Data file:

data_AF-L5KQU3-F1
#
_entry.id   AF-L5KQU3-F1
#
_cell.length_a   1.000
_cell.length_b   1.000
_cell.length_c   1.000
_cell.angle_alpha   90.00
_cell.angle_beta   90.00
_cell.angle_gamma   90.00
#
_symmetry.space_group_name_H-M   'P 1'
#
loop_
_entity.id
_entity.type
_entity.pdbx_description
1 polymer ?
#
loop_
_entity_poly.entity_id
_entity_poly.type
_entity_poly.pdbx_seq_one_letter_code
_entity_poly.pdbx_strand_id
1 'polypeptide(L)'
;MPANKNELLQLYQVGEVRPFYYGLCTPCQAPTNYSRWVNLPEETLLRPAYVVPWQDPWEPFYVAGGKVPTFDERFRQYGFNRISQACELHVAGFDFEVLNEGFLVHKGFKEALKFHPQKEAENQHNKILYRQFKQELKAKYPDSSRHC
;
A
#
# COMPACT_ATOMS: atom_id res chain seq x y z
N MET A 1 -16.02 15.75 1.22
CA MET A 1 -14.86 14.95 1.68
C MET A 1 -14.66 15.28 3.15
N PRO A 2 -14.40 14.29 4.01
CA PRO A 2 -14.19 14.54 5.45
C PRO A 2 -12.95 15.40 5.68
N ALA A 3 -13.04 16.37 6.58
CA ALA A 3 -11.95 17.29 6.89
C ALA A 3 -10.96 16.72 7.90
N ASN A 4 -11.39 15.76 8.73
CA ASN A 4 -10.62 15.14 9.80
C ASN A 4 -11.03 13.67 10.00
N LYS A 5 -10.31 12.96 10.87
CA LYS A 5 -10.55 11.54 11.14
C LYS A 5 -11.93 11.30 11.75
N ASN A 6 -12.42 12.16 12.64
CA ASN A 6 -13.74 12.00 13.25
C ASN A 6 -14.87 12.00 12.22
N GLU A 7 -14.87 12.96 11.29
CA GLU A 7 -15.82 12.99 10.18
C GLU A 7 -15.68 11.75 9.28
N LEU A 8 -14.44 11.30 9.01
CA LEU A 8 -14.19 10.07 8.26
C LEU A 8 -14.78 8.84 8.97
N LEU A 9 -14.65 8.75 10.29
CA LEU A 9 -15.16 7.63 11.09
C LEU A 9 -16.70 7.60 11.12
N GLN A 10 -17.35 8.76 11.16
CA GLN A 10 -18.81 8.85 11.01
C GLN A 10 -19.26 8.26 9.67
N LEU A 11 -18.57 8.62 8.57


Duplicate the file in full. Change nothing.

data_AF-L5KQU3-F1
#
_entry.id   AF-L5KQU3-F1
#
_cell.length_a   1.000
_cell.length_b   1.000
_cell.length_c   1.000
_cell.angle_alpha   90.00
_cell.angle_beta   90.00
_cell.angle_gamma   90.00
#
_symmetry.space_group_name_H-M   'P 1'
#
loop_
_entity.id
_entity.type
_entity.pdbx_description
1 polymer ?
#
loop_
_entity_poly.entity_id
_entity_poly.type
_entity_poly.pdbx_seq_one_letter_code
_entity_poly.pdbx_strand_id
1 'polypeptide(L)'
;MPANKNELLQLYQVGEVRPFYYGLCTPCQAPTNYSRWVNLPEETLLRPAYVVPWQDPWEPFYVAGGKVPTFDERFRQYGFNRISQACELHVAGFDFEVLNEGFLVHKGFKEALKFHPQKEAENQHNKILYRQFKQELKAKYPDSSRHC
;
A
#
# COMPACT_ATOMS: atom_id res chain seq x y z
N MET A 1 -16.02 15.75 1.22
CA MET A 1 -14.86 14.95 1.68
C MET A 1 -14.66 15.28 3.15
N PRO A 2 -14.40 14.29 4.01
CA PRO A 2 -14.19 14.54 5.45
C PRO A 2 -12.95 15.40 5.68
N ALA A 3 -13.04 16.37 6.58
CA ALA A 3 -11.95 17.29 6.89
C ALA A 3 -10.96 16.72 7.90
N ASN A 4 -11.39 15.76 8.73
CA ASN A 4 -10.62 15.14 9.80
C ASN A 4 -11.03 13.67 10.00
N LYS A 5 -10.31 12.96 10.87
CA LYS A 5 -10.55 11.54 11.14
C LYS A 5 -11.93 11.30 11.75
N ASN A 6 -12.42 12.16 12.64
CA ASN A 6 -13.74 12.00 13.25
C ASN A 6 -14.87 12.00 12.22
N GLU A 7 -14.87 12.96 11.29
CA GLU A 7 -15.82 12.99 10.18
C GLU A 7 -15.68 11.75 9.28
N LEU A 8 -14.44 11.30 9.01
CA LEU A 8 -14.19 10.07 8.26
C LEU A 8 -14.78 8.84 8.97
N LEU A 9 -14.65 8.75 10.29
CA LEU A 9 -15.16 7.63 11.09
C LEU A 9 -16.70 7.60 11.12
N GLN A 10 -17.35 8.76 11.16
CA GLN A 10 -18.81 8.85 11.01
C GLN A 10 -19.26 8.26 9.67
N LEU A 11 -18.57 8.62 8.57